5 Things Recommended - 3/20/2019


“An intact Forest is a mighty act of peace” - Diana Beresford-Kroeger

Perhaps because I spent the last five days in the East Cost metropolises of Washington DC and New York City that I’m focusing this time on nature and particularly on trees.

1 - Everyone must watch Diana Beresford-Kroeger’s film, Call of the Forrest; the Forgotten Wisdom of Trees (https://youtu.be/0hZiLJ-P-jk). Unfortunately, the only way I could stream it while on the road was on YouTube so it lacked visual quality.  You can go to her website and order the film; http://calloftheforest.ca/, make donations and learn more about her cause. I’m planning on ordering a copy to show at a gathering in my studio. It’s a gentle film, no stunning visual effects. It’s message is delivered by Bersford herself in her Mother Earth Irish lilt.  Despite the science involved her message is simple; get out and plant trees. To quote from her website;

“Trees provide food, create medicine, and most importantly, provide life-giving oxygen. Without trees and their ability to capture carbon dioxide, our living breathable atmosphere would cease to exist on our planet. Trees are the most important living organisms on earth, chemically affecting our environment more than anything else, and playing a vital role that sustains all life. Trees are literally the lifeline of the planet and the key to reversing climate change.”

2 - Book: The Overstory by Richard Powers. It took me four months to read this doorstop of a book but not just because there’s a lot of it. Indeed, the writing is so beautiful that I ended up re-reading chunks of it out loud just to enjoy the poetic descriptions. It’s several disparate characters are gradually woven together into one tremendously moving and heroic tale. The science behind the story comes directly from Beresford’s research.

For a thorough review go to; https://www.nytimes.com/2018/04/09/books/review/overstory-richard-powers.html

Also, check out Christopher Lydon’s Open Source site, http://radioopensource.org/the-secret-life-of-trees/ for interviews with both Powers and Beresford.

3 - Book: The Golden Spruce; A True Story of Myth, Madness,and Greed written by John Vaillant. This is an oldy; published in 2005 which, in the words of Michele Norris, “tells the story of a sacred tree, a logger-turned environmentalist and a shocking act of environmental protest in the woods of British Columbia”. The story is complex and completely captivating.

For a review go to:

https://www.goodreads.com/book/show/88335.TheGolden_Spruce. Or, listen to NPR’s program at: https://www.npr.org/templates/story/story.php?storyId=4679760


4 - Visit your local Arboretum. I’m lucky to live only a couple of miles from theArnold Arboretum of Harvard University.  The site was designed by Frederick Law Olmstead (1822-1903) in 1872. His studio, now a National Park, is located in in my hometown of Brookline. Olmsted is better known as the designer of Central Park in New York City. He was able to envision a park in its mature state; an amazing achievement considering what he had to work with as revealed in “before” photographs.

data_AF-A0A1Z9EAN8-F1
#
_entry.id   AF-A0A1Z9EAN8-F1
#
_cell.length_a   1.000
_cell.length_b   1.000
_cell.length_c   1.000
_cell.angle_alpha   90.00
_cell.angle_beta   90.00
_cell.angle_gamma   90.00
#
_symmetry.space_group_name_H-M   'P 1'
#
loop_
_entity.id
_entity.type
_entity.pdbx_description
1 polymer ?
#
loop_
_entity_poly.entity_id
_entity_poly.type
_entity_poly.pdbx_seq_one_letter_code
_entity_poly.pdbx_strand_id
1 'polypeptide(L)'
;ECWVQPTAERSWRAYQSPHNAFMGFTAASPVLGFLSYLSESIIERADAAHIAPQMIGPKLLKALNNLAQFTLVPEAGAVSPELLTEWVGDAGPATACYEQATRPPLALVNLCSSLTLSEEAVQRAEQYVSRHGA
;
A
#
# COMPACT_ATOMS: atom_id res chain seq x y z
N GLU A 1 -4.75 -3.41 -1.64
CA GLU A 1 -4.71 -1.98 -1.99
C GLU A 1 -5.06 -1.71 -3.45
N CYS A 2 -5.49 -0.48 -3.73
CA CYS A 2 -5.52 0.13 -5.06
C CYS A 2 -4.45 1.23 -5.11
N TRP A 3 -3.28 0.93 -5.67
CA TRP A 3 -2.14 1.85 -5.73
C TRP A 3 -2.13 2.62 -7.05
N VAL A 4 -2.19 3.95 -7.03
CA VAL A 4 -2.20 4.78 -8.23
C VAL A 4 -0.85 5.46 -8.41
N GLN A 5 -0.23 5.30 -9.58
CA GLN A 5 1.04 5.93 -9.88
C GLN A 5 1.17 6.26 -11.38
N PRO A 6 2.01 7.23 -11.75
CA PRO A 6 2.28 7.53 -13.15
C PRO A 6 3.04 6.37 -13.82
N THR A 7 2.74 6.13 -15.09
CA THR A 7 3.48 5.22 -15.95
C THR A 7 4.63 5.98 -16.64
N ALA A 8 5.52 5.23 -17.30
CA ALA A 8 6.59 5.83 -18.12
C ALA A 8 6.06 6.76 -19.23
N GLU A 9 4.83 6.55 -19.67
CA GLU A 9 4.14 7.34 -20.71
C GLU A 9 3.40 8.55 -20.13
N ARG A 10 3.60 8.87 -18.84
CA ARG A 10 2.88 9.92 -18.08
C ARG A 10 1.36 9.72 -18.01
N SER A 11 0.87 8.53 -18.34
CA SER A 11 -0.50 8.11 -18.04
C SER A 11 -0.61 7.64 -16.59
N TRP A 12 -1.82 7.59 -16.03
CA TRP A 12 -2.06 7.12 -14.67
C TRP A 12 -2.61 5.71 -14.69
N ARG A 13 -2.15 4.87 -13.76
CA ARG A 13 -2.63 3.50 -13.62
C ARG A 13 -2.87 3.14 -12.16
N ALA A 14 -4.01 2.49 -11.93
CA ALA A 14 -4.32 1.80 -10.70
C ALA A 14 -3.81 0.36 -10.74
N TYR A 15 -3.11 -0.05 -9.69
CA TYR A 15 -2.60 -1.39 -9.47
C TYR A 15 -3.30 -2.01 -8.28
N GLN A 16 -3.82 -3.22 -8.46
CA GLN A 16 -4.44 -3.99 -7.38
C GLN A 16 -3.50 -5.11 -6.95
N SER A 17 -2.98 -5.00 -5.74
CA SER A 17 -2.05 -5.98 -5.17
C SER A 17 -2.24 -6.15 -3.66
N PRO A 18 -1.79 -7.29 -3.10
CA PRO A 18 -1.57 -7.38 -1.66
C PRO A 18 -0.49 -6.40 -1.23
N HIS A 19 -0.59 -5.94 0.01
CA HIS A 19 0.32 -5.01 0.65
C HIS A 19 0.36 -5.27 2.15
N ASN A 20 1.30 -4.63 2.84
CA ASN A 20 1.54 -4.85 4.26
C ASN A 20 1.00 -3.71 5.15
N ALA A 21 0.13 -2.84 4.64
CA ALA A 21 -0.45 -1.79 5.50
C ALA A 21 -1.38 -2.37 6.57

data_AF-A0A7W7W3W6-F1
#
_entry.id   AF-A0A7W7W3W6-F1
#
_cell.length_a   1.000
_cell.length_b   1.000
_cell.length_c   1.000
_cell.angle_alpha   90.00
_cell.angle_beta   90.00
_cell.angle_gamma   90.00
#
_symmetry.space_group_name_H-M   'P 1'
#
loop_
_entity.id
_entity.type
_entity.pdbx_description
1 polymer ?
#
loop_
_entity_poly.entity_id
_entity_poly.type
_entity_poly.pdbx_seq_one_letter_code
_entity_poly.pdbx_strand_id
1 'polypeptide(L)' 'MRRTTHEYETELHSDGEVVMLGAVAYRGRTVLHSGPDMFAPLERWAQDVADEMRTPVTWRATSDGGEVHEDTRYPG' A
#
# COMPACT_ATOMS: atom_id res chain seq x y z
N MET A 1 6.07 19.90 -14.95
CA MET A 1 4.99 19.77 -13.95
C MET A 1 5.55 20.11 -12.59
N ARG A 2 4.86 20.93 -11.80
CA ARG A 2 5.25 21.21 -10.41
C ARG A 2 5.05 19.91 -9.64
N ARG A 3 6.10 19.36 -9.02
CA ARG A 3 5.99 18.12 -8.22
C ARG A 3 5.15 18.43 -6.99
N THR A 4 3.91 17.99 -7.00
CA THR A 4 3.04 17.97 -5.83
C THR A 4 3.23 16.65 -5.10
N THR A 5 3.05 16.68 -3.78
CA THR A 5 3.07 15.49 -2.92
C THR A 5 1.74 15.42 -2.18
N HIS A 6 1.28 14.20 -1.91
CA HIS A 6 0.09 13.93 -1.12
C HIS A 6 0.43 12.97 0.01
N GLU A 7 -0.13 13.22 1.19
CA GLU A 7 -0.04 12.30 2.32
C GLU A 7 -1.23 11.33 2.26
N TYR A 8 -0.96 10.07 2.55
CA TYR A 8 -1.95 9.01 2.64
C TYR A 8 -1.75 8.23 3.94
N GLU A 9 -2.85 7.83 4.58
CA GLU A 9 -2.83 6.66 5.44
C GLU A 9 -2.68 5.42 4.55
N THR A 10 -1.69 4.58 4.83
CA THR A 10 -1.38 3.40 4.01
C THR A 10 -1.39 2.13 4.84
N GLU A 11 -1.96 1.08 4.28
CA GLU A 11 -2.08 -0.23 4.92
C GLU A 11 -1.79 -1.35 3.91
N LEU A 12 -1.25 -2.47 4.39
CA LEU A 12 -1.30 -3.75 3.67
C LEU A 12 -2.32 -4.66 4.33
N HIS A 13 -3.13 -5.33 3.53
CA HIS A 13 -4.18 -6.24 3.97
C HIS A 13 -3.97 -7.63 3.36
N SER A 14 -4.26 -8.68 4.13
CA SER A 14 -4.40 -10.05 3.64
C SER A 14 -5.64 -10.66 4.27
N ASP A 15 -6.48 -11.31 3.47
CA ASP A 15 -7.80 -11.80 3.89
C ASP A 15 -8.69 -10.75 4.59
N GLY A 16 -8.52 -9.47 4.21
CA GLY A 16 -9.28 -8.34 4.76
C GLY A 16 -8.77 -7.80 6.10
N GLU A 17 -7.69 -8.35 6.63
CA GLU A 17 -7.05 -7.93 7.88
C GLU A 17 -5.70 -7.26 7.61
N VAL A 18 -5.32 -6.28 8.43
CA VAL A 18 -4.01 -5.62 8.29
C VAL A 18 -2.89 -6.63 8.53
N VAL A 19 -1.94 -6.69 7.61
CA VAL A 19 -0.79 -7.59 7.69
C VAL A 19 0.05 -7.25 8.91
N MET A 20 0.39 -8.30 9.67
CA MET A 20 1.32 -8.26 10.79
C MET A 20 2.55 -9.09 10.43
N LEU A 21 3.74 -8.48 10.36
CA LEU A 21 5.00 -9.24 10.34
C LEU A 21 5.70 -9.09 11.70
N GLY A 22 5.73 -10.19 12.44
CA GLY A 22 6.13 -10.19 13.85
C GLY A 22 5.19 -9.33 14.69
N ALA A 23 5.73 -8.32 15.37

To get a better sense of his visionary gift, read A Clearing in the Distance; Frederick Law Olmsted and America in the 19th Century by Witold Rybczynski.

Beatrix Ferrand (1872-1959)who was one of the original founders and only female member of the American Society of Landscape architects, lent her keen sense of design to the Arnold Arboretum as well. Ferrand was well-connected and worked on many prestigious projects including The White House and Edith Wharton’s home, The Mount, in Lenox, Massachusetts

5 - Cutting down trees is not a new problem. Nor is our despair over it. Binsey Poplars is one of Gerard Manley Hopkins’s best-known lyrics. It was written in 1879 shortly after he revisited Godstow near Oxford, a small village north of Binsey, and found that the trees that had lined the river, Thames, had been cut down. Here’s the poem:

Binsey Poplars

Felled 1879

My aspens dear, whose airy cages quelled,

Quelled or quenched in leaves the leaping sun,

All felled, felled, are all felled;

Of a fresh and following folded rank

Not spared, not one

That dandled a sandalled

Shadow that swam or sank

On meadow and river and wind-wandering weed-winding bank.

O if we but knew what we do

When we delve or hew –

Hack and rack the growing green!

Since country is so tender

To touch, her being so slender,

That, like this sleek and seeing ball

But a prick will make no eye at all,

Where we, even where we mean

To mend her we end her,

When we hew or delve:

After-comers cannot guess the beauty been.

Ten or twelve, only ten or twelve

Strokes of havoc unselve

Bryan Voliton